top of page

Sustainable Living: Going Green as a Family

If you read or watch the news, you’re probably familiar with the notion of global warming and how it’s only getting worse. While we can’t control the actions of everyone, we can reduce our own carbon footprints as individuals and families by implementing small practices everyday. Here are some sustainable living tips for the whole family.

Pre-cycle It’s likely you’ve heard of recycle and reuse, but what about pre-cycle? As a consumer, you have the ultimate say about what you buy. Take a moment and think about your buying habits. Do you purchase items that contain a lot of packaging? Are you buying from companies that have eco-friendly business practices?

According to a University of California-Santa Barbara 2015 study, nearly 8 million metric tons of plastic finds its way to the world’s oceans every year. Another not so fun fact: Based on plastic recycling facts and figures, it takes as many as 500 years or longer to breakdown plastic in junkyards. Do you want to be part of this problem or the solution? When you pre-cycle, it means that you actively make a conscious decision about the items you buy or the way you go about buying them.

A painless way to ease into the idea of pre-cycling is to invest in your own fruit and veggie bags. This eliminates the need to buy pre-packed items or use the plastic bags located in the produce section at the store. The same goes for regular grocery bags. Instead of opting for what the store has, simply bring your own. If it seems impossible to remember the bags, get your kids involved. Kids love being able to help out. Giving them the assignment as bag master will keep them involved and connected to a sustainable practice.

Recycle When you find yourself needing to discard something, do you immediately throw it in the garbage? As a family, it’s easy to produce a lot of trash. But when you’re living sustainably, it’s important to consider whether an item can be recycled, reused or added to a compost pile before tossing it to the landfill. If you’re new to recycling, check out your city’s webpage to inquire about recycling programs and request a bin.

Reuse If you’re item can’t be recycled, can it be reused by you or someone else? If the answer is yes, think about whether or not you actually need it anymore. If you don’t have a reason to keep the item, be sure to give it to someone who can use it, or make a donation to an organization that helps others.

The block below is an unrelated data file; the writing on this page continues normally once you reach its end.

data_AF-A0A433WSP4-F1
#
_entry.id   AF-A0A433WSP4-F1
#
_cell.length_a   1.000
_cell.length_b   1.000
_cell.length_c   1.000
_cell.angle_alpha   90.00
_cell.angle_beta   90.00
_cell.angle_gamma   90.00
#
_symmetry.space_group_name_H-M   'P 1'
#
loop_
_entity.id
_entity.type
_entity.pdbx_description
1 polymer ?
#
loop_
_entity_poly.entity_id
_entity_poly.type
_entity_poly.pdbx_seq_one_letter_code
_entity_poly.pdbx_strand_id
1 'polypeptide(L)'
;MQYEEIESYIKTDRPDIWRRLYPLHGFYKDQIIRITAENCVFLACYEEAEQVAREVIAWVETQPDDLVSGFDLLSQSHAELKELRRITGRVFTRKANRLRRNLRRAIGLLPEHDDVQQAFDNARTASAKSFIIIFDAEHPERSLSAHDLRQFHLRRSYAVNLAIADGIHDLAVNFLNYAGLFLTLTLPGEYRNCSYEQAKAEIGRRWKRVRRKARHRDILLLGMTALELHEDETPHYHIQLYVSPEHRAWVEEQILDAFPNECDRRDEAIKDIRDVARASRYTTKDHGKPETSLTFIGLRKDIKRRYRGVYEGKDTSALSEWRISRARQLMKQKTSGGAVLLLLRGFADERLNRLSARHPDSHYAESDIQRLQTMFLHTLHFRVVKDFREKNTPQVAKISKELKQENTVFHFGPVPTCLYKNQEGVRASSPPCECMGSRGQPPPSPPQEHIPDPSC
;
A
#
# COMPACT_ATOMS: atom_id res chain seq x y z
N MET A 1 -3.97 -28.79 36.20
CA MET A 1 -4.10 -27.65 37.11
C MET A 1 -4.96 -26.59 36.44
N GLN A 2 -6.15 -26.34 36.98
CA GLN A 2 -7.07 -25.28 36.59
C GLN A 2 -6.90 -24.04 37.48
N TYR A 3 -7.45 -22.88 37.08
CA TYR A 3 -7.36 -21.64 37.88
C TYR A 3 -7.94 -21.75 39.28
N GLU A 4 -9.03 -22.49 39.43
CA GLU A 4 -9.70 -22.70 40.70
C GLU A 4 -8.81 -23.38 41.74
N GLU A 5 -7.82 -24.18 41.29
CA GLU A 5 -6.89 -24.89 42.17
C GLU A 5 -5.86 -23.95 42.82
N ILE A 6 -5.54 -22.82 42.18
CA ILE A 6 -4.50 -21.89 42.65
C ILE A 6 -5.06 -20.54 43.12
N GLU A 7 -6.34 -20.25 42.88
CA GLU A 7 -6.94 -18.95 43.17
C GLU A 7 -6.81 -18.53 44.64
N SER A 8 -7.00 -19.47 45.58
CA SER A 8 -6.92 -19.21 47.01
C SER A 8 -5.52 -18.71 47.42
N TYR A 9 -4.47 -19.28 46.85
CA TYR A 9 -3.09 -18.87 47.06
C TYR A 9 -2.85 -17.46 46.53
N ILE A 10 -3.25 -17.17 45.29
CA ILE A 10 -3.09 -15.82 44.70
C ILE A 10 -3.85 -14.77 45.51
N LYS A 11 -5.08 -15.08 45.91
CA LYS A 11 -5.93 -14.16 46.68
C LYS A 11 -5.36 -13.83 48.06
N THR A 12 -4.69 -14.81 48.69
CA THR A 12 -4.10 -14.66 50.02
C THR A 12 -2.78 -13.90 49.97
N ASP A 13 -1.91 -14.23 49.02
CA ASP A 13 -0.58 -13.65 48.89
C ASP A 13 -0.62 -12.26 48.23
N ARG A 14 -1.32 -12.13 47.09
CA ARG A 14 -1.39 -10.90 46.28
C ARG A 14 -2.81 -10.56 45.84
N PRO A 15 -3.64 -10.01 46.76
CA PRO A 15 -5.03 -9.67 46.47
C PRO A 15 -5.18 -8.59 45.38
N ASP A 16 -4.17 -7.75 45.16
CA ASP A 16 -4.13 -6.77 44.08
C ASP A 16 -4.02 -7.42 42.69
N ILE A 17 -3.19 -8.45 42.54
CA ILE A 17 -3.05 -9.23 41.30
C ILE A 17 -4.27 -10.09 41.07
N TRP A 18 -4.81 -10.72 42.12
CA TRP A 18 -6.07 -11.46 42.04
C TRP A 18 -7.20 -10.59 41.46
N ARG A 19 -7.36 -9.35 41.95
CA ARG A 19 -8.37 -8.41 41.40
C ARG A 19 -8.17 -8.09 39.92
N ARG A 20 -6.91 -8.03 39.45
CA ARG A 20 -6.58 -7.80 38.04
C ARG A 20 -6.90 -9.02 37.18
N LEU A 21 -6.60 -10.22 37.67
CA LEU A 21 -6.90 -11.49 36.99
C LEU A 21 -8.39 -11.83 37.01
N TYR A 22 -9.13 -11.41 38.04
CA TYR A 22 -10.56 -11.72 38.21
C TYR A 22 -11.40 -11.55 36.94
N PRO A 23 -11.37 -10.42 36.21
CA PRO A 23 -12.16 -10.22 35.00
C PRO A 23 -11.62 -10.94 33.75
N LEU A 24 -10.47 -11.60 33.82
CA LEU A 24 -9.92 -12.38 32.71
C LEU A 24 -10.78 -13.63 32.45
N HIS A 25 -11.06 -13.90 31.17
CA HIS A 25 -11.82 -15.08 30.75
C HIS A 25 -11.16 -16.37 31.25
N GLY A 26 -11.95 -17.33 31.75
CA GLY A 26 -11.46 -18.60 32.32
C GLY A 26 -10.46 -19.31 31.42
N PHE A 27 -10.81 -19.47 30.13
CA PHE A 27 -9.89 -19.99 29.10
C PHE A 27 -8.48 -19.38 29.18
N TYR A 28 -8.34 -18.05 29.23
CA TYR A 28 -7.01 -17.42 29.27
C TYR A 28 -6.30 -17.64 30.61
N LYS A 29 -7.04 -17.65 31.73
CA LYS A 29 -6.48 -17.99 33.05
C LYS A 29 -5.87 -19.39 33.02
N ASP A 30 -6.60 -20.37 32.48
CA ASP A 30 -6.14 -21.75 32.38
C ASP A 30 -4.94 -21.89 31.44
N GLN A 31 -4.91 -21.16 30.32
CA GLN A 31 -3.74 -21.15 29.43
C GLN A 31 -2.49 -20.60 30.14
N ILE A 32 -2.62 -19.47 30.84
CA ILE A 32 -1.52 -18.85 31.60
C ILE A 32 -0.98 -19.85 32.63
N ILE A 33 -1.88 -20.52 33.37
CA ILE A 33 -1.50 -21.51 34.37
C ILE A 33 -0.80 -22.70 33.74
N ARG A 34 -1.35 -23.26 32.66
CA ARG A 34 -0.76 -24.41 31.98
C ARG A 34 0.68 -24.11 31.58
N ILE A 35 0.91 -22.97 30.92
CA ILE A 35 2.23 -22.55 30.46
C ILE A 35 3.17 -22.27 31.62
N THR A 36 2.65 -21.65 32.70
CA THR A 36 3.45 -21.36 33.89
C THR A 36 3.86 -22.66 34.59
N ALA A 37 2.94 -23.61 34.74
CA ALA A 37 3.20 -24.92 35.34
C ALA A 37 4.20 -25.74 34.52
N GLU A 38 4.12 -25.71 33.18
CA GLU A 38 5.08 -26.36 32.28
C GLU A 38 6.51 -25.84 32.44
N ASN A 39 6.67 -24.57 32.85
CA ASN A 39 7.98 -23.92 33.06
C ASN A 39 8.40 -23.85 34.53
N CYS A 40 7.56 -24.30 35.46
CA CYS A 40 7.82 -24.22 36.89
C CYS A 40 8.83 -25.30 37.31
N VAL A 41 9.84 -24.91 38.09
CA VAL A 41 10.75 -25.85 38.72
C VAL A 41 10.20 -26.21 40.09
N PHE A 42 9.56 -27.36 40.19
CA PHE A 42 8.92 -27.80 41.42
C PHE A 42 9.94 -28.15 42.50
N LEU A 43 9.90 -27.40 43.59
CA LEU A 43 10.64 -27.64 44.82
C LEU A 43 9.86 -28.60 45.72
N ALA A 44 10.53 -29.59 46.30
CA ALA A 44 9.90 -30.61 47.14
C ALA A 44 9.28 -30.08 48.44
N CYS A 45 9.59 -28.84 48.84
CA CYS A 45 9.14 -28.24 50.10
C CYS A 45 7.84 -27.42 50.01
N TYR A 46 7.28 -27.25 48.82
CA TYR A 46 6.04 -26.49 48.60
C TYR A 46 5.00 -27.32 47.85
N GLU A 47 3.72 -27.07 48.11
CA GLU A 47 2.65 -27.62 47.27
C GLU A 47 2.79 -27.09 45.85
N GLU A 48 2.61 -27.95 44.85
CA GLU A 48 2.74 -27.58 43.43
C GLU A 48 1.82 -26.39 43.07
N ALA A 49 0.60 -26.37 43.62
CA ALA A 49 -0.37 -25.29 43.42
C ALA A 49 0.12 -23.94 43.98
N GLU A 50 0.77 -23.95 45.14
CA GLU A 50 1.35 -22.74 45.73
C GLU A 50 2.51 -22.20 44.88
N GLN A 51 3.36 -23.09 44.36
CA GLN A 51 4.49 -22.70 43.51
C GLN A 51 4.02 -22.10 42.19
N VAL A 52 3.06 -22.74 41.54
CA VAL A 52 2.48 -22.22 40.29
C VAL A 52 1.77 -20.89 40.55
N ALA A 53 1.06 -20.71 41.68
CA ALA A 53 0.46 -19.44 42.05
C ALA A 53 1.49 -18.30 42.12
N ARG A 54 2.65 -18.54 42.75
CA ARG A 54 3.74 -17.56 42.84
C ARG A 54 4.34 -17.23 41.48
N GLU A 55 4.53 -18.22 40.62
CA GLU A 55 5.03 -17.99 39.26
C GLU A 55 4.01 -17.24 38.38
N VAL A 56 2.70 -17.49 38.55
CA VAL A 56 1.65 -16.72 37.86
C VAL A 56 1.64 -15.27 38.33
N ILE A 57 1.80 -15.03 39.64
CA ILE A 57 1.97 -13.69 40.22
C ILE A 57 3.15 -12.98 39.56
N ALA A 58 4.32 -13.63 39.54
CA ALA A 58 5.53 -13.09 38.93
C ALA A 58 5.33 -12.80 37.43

On the flip side, if you find yourself needing an item, consider repurposing things you already have or buying something gently used or made from recycled materials. Extend this idea across the board with your family, even with your pets. If your dog needs a soft area for napping, buy an eco-friendly dog bed and use old blankets as bedding for your dog. Your pooch will be more than cozy, and it’s easy to keep clean!

Compost When it comes to food, yard trimmings and other organic wastes, make a compost pile. This not only fertilizes your plants and garden but also decreases erosion while increasing water retention. Additionally, it repurposes natural materials and keeps them out of landfills. Going natural with fertilizer keeps the outdoors safe for your kids and pets.

Here are some other quick ways to be green:

● Ditch bottled water and use refillable water bottles. ● Pack lunches in reusable containers, and make homemade dog treats and meals. ● Turn off lights when they’re not in use. ● Unplug cords or use a power strip to turn off electrical currents when items aren’t using electricity. ● Turn the faucet off while you’re brushing your teeth. ● Walk, use a bicycle or take public transportation, when possible. ● Use non-toxic dog dishes that won’t contaminate your dog’s food or water with BPA and phthalates. ● Try Meatless Mondays (or a vegetarian diet), and make a game out of taste testing fruits and veggies.

Your kids will be adults someday. Let’s show them how to live sustainably and why it’s important. Let’s continue this valuable practice for the Earth, for our pets and for generations to come.

Photo credit:

bottom of page